Analysis

Cadres as Apartheid Regime Informants and Collaborators

By Akuba Mokoena

CHIEF among the revelations made by former President Jacob Zuma at the state capture commission are names of those he alleges were spies. Among them are former cabinet ministers Ngoako Ramatlhodi and Siphiwe Nyanda. 

Both have rubbished the former president as a liar with Ramathlodi challenging him to a lie detector test and Nyanda descirbing him a “bitter and twisted old man”. 

It may well be that Zuma is bitter and twisted but Nyanda like most, knows that allegations of him and others being apartheid spies didn’t start with Zuma’s submission at the State Capture Commission. Zuma claimed Nyanda was among those who had infiltrated the ANC, working with the Swaziland and apartheid governments. 

Zuma questioned an attack on a prison where Nyanda was held as a ploy to maintain the integrity of the undercover operation and to not compromise his identify. 

Two years ago, the former uMkhonto weSizwe general was forced to answer questions about the disappearance of freedom fighter Nokuthula Simelane. She disappeared in 1983 while on a mission to Johannesburg. Nyanda has denied any knowledge of her disappearance. 

Many have dismissed the former president’s account of spies and that he was throwing mud to distract from answering allegations of using the state to enrich himself and those close to him. His detractors have labelled spy allegations as “preposterous”, but are they? It is common knowledge that many in the liberation movement (both in the ANC and PAC) betrayed their comrades to join the apartheid government. Askaris, impimpi, sell-outs, traitors. 

The names have ranged from foot soldiers to heavy weights and depending on who you speak to, just about everyone’s name in the ANC makes the list. PAC also has its skeletons. 

Joe Mamasela was probably the most notorious askari for changing sides from being a loyal ANC member to joining the Vlakplas Death Squads. He confessed to have killed over 30 anti-apartheid activists.

Mosiuoa Lekota, leader of Congress of the People (Cope) not so long ago, accused President Cyril Ramaphosa of having sold out to apartheid’s security forces. Of course, the President defended himself.

Following revelations by EFF’s Julius Malema that Derek Hanekom had plotted with his party to oust Zuma, accusations that he was a traitor in this particular instance, and during apartheid years, emerged. Zuma called him a “known enemy agent”.

No sooner had accusations surfaced that a page from a book emerged on social media which accused Hanekom and wife as spies. It has not been clear what the title of this book is.

Some ANC veterans have defended Hanekom against calls for expulsion from the party and allegations of having collaborated with the apartheid government. Again the claims have been labeled as “preposterous”.

The Weekly Mail, now M&Guardian, published a story in 1987 with “details of a major spy case – involving allegations of South African destabilisation of its neighbours so sensitive that the government did not want it mentioned even in an in camera court ….

“One of the accused, Trish Hanekom, a Zimbabwe citizen, was released last Friday, one week before the end of her 38-month sentence, and quickly and quietly deported to Zimbabwe. However, in an interview in Harare she told how in 1983 she was part of a three-person spy ring which obtained a trunk-load of top secret documents from the directorate of a special task force. The documents outlined what she says were details of destabilisation operations in Angola, Lesotho, Mozambique and Zimbabwe.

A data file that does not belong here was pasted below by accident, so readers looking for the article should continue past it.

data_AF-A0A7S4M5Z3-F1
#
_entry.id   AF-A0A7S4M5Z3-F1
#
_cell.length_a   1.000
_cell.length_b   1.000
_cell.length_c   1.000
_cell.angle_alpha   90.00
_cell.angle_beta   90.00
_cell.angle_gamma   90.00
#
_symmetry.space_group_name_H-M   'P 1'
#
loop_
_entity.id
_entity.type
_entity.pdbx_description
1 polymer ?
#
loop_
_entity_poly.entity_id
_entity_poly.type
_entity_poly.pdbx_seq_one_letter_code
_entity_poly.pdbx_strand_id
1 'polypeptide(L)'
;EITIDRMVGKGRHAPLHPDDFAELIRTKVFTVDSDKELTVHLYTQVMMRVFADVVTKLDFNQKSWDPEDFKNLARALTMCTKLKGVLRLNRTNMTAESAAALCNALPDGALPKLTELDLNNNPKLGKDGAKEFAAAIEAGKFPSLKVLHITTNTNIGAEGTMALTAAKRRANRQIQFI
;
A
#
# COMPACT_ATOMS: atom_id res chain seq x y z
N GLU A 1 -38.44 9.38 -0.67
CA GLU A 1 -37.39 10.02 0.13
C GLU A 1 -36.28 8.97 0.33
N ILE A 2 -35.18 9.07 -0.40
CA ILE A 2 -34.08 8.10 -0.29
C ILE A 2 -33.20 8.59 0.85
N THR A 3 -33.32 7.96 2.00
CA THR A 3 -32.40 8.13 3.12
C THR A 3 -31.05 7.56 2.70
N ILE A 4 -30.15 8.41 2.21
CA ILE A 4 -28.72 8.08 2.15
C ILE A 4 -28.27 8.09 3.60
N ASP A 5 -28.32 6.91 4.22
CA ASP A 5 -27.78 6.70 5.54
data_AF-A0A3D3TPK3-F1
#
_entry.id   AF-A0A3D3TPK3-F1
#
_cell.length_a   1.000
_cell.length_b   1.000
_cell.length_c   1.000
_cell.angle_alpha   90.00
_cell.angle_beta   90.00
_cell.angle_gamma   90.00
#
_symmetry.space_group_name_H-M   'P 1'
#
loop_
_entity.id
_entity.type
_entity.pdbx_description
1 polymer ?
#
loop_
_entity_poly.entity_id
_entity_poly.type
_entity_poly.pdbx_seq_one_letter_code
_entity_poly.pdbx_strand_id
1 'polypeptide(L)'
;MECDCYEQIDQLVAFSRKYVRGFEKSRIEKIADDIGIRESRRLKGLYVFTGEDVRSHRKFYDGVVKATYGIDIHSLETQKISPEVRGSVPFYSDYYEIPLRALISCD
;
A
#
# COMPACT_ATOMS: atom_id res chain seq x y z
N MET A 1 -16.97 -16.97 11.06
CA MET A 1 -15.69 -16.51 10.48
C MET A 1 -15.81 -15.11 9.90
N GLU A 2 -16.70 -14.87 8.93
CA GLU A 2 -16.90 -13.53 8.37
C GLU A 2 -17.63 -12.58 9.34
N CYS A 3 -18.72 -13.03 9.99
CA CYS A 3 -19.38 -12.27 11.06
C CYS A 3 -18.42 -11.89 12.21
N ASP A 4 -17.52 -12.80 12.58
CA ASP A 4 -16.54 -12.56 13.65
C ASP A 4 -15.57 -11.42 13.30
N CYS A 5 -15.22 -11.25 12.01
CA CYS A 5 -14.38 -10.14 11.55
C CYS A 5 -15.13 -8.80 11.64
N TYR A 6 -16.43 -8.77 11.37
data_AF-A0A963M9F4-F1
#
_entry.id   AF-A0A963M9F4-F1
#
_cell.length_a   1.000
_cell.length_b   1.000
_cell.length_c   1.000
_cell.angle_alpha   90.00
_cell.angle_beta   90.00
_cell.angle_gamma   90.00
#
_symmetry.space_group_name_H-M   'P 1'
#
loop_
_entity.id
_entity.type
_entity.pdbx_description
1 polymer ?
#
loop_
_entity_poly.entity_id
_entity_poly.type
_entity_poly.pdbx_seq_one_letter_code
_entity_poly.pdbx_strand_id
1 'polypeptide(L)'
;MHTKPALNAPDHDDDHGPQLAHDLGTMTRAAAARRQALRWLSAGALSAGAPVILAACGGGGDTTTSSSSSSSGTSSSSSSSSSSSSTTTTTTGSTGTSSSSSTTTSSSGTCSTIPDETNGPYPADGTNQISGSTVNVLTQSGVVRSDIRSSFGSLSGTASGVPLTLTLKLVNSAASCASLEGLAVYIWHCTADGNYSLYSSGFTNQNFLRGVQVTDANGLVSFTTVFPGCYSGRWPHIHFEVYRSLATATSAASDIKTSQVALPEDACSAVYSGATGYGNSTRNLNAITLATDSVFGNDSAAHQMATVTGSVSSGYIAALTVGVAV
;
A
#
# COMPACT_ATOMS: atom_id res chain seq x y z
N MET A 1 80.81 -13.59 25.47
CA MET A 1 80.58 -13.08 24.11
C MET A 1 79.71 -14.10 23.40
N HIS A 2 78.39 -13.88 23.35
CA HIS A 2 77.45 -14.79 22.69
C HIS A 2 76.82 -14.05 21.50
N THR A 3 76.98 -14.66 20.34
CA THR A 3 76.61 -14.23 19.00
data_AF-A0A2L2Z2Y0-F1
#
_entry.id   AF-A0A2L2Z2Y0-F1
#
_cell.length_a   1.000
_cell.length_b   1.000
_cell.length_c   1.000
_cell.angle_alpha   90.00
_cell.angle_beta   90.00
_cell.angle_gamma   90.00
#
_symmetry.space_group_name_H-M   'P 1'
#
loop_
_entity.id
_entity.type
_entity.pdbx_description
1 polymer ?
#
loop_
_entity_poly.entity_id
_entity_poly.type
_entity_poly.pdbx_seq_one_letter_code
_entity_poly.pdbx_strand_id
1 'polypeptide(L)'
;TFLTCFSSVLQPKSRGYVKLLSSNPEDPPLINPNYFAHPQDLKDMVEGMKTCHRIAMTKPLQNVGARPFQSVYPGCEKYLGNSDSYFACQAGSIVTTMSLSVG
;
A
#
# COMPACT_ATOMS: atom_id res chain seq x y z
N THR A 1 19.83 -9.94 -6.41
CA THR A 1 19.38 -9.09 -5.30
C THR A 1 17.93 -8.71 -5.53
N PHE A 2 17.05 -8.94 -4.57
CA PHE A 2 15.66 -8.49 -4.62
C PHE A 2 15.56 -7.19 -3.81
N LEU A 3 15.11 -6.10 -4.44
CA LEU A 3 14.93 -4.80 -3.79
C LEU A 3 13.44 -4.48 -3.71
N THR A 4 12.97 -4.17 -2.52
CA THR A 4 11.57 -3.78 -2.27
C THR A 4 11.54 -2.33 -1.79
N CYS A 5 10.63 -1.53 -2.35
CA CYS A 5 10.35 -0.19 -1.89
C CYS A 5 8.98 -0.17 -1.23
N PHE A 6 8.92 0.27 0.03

“The others in the ring were her husband Derek Hanekom, released from prison last year after serving a two-year sentence, and Roland Hunter, still serving a five-year sentence”. 

This spy ring assisted the Frontline states to better equip themselves from cross-border attacks by South Africa.

Trish Hanekom is quoted as saying the information the group had been able to provide to Mozambique in 1983 may wen have been a factor in South Africa’s decision to sign the Nkomati Accord with Mozambique a few months later.

“I did what I had to do. There was a sense of moral duty. If it was in any way possible to release information, then it was a duty to do so,” she said.

It may well be that spy accusations of the Hanekoms contained in the book mentioned above stemmed from this spy story which would make them inaccurate. They were spies but seemingly on the side of the liberation movement.

The entire issue of calling out spies is very dangerous. Among the killings in the uprisings of the 1980s, none was more tragic than that of a young woman called Maki (short for Dimakatso) Skosana who was murdered in the most brutal way by a mob which accused her of being a spy.

She was attending a funeral of youths killed by the apartheid regime when the mob turned on her. They chased her, tore-off her clothes, burnt her, put a huge stone on her so that she couldn’t move and rammed a broken bottle in her vagina.

She was accused of having sold-out the activists to an apartheid collaborator who handed them hand grenades which detonated in their hands. The apartheid-collaborator had a girlfriend named Maki, a case of mistaken identity according to Maki Skosana’s family.

While those accused today will never receive the type of response Skosana did, the planting of false information remains a cruel strategy of sowing confusion and mistrust among people, one which the apartheid government used effectively. The ANC, as it fights its faction battles, must move away from this tactic unless accusers advance solid evidence. 

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